The Curious Incident of the Dog in the Night-time by Mark Haddon is a curious book indeed. It is written from the point of view of fifteen-year-old Christopher who is good at mathematics, likes red things, but not brown, and has a photographic memory. However, he does not understand human emotions and can relate to other people only intellectually.
Christopher has Asperger Syndrome.
The book is insightful and well-written. I spent most of the time marvelling at a mind that could function just so.
Today’s Quote from The Curious Incident illustrates how an important and basic figure of speech can be employed to achieve a flow-of-experience impression.
(Ready Brek, Coco-Pops, and Shreddies are cereals, Dr Pepper is a carbonated soft drink—that’s for all of you, who like me, need to look up these things.)
Quote: For example, this morning for breakfast I had Ready Brek and some hot raspberry milkshake. But if I say that I actually had Shreddies and a mug of tea I start thinking about Coco-Pops and lemonade and porridge and Dr Pepper and how I wasn’t eating my breakfast in Egypt and there wasn’t a rhinoceros in the room and Father wasn’t wearing a diving suit and so and even writing this makes me feel shaky and scared, like I do when I’m standing on the top of a very tall building and there are thousands of houses and cars and people below me and my head is so full of all the things that I’m afraid that I’m going to forget to stand up straight and hang onto the rail and I’m going to fall over and be killed.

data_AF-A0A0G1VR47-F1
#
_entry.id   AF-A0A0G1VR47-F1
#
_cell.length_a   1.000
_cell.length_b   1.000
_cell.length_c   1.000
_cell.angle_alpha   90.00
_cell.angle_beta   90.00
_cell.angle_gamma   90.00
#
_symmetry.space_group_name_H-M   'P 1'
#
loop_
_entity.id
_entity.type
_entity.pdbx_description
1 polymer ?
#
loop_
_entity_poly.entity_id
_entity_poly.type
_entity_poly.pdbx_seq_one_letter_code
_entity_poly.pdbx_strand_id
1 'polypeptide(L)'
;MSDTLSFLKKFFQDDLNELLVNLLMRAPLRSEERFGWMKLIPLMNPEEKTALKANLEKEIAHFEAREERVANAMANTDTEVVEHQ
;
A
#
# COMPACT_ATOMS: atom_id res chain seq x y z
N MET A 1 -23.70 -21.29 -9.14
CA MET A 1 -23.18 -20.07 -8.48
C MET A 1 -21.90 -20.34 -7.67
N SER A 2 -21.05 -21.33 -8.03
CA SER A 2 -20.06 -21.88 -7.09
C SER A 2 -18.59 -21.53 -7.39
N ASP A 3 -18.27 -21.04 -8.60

Did you spot any metaphors? No? That’s because Christopher struggles with metaphors and hypotheticals and lies in general (although he did manage a simile). A little way down from the Quote he says as much.
This is another reason why I don’t like proper novels, because they are lies about things which didn’t happen and they make me feel shaky and scared.
And this is why everything I have written here is true.
Of course, the irony is that The Curious Incident is fiction, and not the diary of a real person. (But given that Christopher’s character is build around his inability to lie, it feels sneaky realising his statement can’t be true. Then you get into whether fiction is real, and if it is, in which way, and … you might get a headache thinking about it and hit a few paradoxes.)
What makes the Quote quiver?
Narrating unconnected thoughts and experiences sequentially without pause and punctuation, thereby creating the illusion of connectedness.